So when the inning ended and the White Sox took the field, Castillo stayed in the dugout.

Ricky’s boys don’t quit, or so the slogan goes. But what happens when a player doesn’t live up to that mantra? What happens when they don’t play their absolute hardest for all 27 outs, as the T-shirts preach? This is what happens. A benching.

“It was towering fly ball in the infield at first, probably had 15, 20 seconds of hangtime,” Renteria explained after the game. “I assumed the dropped ball. It has occurred. He could, at minimum, at least start moving that way.

“That’s uncharacteristic of him, to be honest, it truly is. Maybe he was just frustrated in that he had the fly ball and just stayed at the plate, but there was no movement toward first at all. And you guys have heard me talk to all the guys about at least giving an opportunity to move in that particular direction.

“Everybody says, ‘Well, 99 out of (100) times he’s going to catch that ball.’ And then that one time that he doesn’t, what would I do if the ball had been dropped? Would it have made it easier to pull him? Well, it was just as easy because you expect not the best, but the worst.

“That is uncharacteristic of that young man. I had a quick conversation with him on the bench, and he knew and that was it.”

It might seem a little overdramatic, a little nutty, even, to sit down a veteran catcher brought in this offseason to provide some offense and to do it in a one-run game. But this rebuild is about more than just waiting around for the minor league talent to make its way to the South Side. It’s about developing an organizational culture, too. And Renteria feels that if he lets this kind of thing slide at the big league level, that won’t send the right message to those precious prospects who will one day fill out this lineup.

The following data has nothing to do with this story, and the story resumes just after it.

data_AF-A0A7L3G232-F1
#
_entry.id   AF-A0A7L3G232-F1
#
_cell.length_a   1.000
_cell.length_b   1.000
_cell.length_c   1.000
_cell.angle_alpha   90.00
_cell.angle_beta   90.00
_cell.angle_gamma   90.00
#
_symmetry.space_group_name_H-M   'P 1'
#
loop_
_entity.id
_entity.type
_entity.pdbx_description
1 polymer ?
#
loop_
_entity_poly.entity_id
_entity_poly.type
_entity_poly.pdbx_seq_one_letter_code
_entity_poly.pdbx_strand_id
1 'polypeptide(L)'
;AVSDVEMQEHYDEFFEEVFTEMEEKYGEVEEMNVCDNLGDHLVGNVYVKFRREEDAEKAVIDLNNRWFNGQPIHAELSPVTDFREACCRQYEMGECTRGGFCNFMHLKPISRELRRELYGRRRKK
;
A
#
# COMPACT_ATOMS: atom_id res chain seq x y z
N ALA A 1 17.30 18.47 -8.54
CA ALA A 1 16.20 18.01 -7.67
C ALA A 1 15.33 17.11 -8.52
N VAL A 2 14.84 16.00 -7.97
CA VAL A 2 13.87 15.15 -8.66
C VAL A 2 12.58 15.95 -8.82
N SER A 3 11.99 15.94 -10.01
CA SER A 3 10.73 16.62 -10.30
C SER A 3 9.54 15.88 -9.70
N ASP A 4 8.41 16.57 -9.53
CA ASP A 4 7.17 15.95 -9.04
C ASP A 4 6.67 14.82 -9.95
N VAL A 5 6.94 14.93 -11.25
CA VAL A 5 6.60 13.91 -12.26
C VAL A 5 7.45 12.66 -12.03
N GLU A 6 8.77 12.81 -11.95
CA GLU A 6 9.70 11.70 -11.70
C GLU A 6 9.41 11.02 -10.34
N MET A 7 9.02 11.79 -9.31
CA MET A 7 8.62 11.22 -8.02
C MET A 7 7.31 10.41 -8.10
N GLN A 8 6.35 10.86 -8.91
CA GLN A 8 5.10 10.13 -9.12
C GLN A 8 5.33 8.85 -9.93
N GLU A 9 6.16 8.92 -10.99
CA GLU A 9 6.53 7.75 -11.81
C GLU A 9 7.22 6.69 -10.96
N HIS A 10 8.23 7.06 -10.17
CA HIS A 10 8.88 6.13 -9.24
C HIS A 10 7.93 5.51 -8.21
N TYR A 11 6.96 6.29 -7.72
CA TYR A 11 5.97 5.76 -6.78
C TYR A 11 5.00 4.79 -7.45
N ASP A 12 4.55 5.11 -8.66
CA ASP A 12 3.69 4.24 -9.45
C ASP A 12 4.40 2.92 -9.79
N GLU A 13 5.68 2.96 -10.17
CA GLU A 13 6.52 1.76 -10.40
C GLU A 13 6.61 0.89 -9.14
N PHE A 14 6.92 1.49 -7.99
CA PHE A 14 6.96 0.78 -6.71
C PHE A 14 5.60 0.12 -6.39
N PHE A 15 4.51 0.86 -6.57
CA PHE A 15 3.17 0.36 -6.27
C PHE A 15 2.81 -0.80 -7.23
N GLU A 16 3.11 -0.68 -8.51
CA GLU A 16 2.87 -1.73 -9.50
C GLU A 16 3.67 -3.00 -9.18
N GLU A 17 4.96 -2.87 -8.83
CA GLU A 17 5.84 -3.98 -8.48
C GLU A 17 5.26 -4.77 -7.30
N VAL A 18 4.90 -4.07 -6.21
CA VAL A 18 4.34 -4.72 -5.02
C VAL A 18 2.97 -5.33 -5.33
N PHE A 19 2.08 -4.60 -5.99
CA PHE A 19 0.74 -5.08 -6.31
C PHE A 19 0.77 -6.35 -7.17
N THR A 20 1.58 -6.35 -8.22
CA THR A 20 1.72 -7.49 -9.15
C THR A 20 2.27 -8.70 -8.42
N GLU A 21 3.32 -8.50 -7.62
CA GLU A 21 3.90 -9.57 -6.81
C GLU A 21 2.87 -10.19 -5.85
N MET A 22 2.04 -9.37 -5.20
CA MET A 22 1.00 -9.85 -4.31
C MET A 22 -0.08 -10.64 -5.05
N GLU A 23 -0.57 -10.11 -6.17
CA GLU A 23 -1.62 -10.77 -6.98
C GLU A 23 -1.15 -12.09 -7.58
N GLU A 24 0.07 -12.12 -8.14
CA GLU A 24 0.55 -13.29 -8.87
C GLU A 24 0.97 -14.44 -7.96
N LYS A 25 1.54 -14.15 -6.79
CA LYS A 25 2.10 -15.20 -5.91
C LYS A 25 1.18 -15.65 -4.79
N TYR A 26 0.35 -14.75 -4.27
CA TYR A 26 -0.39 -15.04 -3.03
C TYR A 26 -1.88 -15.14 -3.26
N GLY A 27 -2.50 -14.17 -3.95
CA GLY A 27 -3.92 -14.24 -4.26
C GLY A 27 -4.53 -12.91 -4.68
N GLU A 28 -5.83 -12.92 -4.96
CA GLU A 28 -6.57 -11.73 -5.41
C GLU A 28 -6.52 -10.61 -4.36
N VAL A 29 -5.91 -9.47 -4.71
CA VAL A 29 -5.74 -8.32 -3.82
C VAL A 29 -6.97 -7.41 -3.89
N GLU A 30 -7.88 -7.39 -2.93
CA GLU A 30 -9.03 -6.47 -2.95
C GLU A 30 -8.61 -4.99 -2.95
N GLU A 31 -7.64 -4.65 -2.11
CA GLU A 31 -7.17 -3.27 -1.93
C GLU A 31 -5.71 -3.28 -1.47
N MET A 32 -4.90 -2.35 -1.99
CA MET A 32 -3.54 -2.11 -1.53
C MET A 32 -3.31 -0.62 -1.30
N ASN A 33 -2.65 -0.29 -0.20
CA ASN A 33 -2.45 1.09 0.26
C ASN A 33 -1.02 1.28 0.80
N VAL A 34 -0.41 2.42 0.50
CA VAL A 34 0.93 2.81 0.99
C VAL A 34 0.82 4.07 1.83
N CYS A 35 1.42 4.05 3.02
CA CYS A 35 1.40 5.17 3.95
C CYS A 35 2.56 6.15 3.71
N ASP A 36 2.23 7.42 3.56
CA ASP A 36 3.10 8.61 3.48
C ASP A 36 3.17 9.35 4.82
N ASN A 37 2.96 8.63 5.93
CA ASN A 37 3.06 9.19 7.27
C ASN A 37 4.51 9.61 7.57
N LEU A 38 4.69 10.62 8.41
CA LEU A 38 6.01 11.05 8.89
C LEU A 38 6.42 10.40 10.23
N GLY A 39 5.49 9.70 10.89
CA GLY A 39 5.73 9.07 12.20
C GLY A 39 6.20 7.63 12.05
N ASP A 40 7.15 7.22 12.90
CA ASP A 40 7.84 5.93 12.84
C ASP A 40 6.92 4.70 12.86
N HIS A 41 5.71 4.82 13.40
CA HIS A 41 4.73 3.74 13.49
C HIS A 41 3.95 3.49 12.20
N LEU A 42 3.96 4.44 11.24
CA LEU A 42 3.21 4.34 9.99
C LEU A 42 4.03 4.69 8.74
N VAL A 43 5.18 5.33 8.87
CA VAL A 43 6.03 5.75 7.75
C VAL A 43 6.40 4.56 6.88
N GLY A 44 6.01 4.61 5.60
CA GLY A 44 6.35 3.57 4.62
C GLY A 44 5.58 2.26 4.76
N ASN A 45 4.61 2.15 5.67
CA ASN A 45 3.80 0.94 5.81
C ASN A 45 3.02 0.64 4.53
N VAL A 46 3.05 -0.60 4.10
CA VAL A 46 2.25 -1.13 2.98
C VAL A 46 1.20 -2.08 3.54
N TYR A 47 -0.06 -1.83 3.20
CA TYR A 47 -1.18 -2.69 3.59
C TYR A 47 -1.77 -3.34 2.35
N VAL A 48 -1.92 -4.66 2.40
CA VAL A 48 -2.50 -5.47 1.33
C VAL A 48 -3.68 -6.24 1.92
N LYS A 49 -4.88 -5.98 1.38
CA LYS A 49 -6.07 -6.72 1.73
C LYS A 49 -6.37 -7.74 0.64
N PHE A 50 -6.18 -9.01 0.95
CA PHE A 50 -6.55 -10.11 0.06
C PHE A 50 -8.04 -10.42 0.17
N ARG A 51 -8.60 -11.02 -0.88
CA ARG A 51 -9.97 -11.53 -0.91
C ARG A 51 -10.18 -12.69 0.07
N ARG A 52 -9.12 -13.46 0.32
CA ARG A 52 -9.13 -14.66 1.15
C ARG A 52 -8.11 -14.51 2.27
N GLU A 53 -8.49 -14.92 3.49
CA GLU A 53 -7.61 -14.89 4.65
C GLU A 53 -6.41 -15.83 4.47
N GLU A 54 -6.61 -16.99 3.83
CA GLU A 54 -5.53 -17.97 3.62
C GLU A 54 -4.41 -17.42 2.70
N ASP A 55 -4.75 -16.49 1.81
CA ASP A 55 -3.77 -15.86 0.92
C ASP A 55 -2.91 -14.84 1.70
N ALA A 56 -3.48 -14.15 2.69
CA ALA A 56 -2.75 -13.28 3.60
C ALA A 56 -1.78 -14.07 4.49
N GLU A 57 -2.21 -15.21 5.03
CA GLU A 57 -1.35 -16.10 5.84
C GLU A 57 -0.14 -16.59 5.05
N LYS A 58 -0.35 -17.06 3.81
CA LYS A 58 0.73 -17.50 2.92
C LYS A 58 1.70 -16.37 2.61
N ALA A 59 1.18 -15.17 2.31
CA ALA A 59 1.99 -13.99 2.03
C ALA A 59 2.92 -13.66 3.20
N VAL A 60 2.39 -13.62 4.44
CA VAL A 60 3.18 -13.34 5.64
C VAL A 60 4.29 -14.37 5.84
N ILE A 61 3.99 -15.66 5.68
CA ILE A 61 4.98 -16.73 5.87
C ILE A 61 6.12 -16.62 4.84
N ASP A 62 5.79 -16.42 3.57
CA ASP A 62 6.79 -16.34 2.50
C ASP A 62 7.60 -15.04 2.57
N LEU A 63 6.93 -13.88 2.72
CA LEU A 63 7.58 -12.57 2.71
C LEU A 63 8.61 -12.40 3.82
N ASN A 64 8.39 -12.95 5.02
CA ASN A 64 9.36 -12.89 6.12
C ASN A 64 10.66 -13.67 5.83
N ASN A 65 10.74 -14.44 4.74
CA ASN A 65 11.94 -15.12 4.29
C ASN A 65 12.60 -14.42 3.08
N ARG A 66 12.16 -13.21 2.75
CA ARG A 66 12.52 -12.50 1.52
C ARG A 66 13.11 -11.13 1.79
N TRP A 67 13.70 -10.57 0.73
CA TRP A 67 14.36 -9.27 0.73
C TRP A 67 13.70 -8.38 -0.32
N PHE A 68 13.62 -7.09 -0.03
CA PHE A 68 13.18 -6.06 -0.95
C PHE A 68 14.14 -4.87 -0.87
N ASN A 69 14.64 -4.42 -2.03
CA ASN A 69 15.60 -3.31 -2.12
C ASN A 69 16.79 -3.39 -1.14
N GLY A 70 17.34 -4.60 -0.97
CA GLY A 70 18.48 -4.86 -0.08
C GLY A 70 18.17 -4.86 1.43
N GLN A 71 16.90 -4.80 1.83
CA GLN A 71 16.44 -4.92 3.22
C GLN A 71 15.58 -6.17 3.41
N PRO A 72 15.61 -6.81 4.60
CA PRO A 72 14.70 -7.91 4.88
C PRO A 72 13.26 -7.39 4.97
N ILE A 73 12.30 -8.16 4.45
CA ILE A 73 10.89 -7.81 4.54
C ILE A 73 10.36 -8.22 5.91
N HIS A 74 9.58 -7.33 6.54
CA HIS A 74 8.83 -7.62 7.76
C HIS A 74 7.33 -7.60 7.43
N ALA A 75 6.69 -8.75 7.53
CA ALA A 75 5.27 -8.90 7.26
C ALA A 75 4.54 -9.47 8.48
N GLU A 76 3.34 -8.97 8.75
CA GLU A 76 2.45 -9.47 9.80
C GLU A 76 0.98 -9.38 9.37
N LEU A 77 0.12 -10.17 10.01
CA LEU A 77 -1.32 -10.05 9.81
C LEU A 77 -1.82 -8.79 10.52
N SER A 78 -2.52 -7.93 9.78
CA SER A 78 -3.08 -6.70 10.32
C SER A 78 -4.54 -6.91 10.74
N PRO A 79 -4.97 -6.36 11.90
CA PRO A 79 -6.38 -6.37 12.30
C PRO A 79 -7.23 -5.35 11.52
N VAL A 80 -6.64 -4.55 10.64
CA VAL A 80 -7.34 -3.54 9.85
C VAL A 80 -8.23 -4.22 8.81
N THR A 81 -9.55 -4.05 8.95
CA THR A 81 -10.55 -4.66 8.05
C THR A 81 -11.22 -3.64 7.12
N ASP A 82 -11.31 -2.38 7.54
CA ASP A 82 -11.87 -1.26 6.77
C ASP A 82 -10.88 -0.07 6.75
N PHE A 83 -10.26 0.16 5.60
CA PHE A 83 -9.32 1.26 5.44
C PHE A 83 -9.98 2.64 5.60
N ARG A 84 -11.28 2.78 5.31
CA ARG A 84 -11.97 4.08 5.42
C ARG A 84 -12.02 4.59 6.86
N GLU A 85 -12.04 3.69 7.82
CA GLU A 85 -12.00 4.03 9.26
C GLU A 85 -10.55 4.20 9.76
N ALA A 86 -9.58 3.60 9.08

“There’s one way to do it, you get your action, you start moving toward that direction in which you’ve got to go,” Renteria said. “What would’ve happened if everybody’s watching it — and I’m setting the tone for not only here, our club, (but also for) everybody in the minor leagues — and they’re saying, ‘Well, at the top, they said they’re going to do this and then they don’t do it.’

“It’s really simple. And people might like it, not like it. I’ve got to do this, do that so everybody understands what we’re trying to do here. We’re not done with what we’re trying to do.”

This isn’t the first time this has happened in 2018. Avisail Garcia was taken out of a game during spring training for not giving maximum effort. Leury Garcia was removed from a game earlier this month for not busting it down the first-base line on a weak grounder that went right to the first baseman.

It’s become a somewhat common tactic for Renteria, and while it might strike some as taking things a little too seriously, what good is this developmental season if a culture goes undeveloped? The White Sox have placed their bright future, in part, in Renteria’s hands, and they’ve talked glowingly about how the players have bought into his style and how the team played last season under his leadership.

If Renteria truly is the right man for the rebuild, things like this are how he’s going to establish his culture. And it will, he hopes, impact how all those prospects play when they’re no longer prospects and the White Sox are contending for championships.